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U.S. Supreme Court will not hear case to decide the fate of equal protection for Native American children

October 30, 2017

Phoenix—The U.S. Supreme Court has decided not to take a case that would have determined whether Native American children would be guaranteed rights equal to all other American children.

The Court announced today that it denied the petition for certiorari in S.S. v. Colorado River Indian Tribes, a case centered on the legality of the Indian Child Welfare Act (ICWA), a federal law that subjects Native American children to different rules in child welfare cases than the rules that apply to all other American children. In this case, the father of two Arizona teenagers filed a lawsuit to take full custody of them, asserting that their mother had violated court orders by moving them out of state. ICWA requires that for Indian children, a court must find “beyond a reasonable doubt” that the child is truly in danger in his or her living situation. “A judge would normally decide a child welfare case based on the child’s best interest, but due to ICWA, the rules for Native American children are different—and they make it more difficult to remove a child from harm’s way,” Goldwater Institute Attorney Adi Dynar said.

Because of the Supreme Court’s denial of cert petition, the decision from the Arizona Court of Appeals will stand. Earlier this year, the Court of Appeals ruled against the teenagers’ father on the grounds that he had not done enough to help their drug-abusing mother before seeking to end her parental rights and that he failed to show proof of unsuccessful “active efforts” to stop the breakup of the family as required under ICWA. For non-Indian children, only “reasonable steps” to encourage neglectful parents to care for their children are required. Rideout Law, PLLC, an Arizona law firm, litigated the case in the lower courts.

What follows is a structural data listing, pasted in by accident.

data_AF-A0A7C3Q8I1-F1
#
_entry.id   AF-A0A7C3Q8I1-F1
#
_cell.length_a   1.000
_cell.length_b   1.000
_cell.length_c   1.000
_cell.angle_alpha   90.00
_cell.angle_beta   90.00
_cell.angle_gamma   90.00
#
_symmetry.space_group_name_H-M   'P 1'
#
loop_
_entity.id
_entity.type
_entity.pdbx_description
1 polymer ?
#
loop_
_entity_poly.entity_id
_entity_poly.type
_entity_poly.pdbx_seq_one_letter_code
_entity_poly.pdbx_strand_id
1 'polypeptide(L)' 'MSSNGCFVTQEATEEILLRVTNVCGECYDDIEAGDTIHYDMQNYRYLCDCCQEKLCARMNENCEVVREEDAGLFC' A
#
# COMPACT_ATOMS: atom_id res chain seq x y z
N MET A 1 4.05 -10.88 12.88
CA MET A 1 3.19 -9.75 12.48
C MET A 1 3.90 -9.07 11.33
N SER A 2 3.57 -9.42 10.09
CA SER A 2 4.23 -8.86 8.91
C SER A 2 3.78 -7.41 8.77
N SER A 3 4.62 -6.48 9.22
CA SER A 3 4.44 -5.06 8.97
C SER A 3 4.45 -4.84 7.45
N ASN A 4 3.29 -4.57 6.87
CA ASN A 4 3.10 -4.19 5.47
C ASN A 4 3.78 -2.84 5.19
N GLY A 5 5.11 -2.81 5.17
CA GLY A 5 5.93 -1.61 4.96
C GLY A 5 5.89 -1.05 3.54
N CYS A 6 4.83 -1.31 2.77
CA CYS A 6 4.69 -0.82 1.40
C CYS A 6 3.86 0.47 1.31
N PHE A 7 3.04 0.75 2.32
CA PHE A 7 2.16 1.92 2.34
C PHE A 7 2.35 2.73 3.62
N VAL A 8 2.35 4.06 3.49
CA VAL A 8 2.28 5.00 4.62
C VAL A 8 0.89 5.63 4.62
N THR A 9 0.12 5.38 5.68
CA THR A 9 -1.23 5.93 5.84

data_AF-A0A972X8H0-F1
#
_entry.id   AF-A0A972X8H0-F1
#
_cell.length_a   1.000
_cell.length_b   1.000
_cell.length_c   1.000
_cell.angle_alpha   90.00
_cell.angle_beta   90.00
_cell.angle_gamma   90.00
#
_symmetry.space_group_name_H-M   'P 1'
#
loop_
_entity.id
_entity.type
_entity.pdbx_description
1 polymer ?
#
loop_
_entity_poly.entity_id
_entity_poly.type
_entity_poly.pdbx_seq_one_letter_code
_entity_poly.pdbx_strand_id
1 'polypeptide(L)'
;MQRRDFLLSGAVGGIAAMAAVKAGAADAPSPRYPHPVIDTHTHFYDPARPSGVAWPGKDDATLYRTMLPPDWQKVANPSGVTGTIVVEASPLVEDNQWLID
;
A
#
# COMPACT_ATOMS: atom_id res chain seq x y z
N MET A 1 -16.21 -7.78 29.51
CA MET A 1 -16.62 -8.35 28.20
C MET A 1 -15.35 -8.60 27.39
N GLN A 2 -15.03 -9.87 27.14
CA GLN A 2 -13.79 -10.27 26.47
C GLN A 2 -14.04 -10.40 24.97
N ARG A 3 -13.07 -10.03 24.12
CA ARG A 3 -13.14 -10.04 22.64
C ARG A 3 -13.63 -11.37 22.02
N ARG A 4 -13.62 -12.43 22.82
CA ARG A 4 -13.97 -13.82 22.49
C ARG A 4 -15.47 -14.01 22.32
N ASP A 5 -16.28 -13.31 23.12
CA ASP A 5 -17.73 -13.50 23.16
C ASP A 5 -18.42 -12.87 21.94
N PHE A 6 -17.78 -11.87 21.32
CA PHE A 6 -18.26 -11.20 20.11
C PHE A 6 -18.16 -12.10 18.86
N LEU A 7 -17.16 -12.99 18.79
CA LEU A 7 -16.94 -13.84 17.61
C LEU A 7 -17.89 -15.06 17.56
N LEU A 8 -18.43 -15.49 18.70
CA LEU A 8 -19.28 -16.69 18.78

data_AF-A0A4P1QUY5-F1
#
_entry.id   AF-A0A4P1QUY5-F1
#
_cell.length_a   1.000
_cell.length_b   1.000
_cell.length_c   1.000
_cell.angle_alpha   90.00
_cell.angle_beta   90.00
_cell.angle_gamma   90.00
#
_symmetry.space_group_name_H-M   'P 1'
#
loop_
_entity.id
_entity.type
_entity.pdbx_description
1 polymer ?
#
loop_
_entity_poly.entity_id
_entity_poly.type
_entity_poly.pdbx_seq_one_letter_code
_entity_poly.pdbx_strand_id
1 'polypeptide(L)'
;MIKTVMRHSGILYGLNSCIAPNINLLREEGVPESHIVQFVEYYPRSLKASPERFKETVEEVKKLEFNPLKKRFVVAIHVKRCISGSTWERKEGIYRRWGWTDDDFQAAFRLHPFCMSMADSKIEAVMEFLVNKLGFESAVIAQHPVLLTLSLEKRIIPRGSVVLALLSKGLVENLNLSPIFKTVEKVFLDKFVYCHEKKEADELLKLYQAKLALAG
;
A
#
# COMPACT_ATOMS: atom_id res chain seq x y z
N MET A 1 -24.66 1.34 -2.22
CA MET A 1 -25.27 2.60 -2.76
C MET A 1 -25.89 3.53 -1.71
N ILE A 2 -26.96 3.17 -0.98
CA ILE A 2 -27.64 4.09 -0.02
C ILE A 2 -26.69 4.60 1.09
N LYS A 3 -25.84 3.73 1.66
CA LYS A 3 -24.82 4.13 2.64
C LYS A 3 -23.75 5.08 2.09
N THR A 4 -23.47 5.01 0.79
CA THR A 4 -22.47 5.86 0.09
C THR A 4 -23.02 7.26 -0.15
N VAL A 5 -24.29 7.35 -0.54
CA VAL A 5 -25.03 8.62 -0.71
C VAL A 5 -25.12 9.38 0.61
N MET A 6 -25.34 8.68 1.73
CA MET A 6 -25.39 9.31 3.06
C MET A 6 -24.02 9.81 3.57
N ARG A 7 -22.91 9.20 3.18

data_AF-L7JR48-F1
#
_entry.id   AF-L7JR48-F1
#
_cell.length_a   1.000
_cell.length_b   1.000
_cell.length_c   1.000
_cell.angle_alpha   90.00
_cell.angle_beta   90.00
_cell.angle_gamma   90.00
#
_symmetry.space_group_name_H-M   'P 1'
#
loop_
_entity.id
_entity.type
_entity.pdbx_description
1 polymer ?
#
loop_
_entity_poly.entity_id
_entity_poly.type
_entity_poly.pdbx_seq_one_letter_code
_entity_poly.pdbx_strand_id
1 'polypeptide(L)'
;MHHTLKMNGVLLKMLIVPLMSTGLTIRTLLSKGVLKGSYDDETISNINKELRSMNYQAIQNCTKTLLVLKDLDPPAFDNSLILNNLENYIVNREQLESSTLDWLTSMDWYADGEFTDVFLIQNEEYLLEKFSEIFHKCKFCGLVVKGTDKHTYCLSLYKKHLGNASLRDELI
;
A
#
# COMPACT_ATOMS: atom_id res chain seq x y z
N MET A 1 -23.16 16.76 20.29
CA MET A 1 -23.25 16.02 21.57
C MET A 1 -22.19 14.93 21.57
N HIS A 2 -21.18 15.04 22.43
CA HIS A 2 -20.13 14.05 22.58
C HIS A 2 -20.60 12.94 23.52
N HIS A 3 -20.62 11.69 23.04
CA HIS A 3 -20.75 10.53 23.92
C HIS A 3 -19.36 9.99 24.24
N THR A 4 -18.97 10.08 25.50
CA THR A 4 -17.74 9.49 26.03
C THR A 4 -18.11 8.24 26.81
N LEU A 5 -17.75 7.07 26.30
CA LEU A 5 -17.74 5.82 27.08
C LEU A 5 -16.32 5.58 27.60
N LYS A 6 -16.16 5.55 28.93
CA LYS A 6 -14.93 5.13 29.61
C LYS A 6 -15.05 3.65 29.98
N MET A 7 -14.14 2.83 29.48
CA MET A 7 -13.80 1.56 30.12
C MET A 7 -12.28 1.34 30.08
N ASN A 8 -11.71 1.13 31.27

“ICWA clearly discriminates against Indian children, subjecting them to a substandard set of rules solely on the basis of their race,” said Timothy Sandefur, vice president for litigation at the Goldwater Institute’s Scharf-Norton Center for Constitutional Litigation. “Native American children deserve the same protections provided to all other American children. While we are disappointed with the Supreme Court’s decision not to hear this case, we will continue to work to give Indian children these protections.”


About the Goldwater Institute

The Goldwater Institute drives results by working daily in courts, legislatures and communities to defend and strengthen the freedom guaranteed to all Americans in the constitutions of the United States and all 50 states. With the blessing of its namesake, the Goldwater Institute opened in 1988. Its early years focused on defending liberty in Barry Goldwater’s home state of Arizona.  Today, the Goldwater Institute is a national leader for constitutionally limited government respected by the left and right for its adherence to principle and real world impact. No less a liberal icon than the New York Times calls the Goldwater Institute a “watchdog for conservative ideals” that plays an “outsize role” in American political life.



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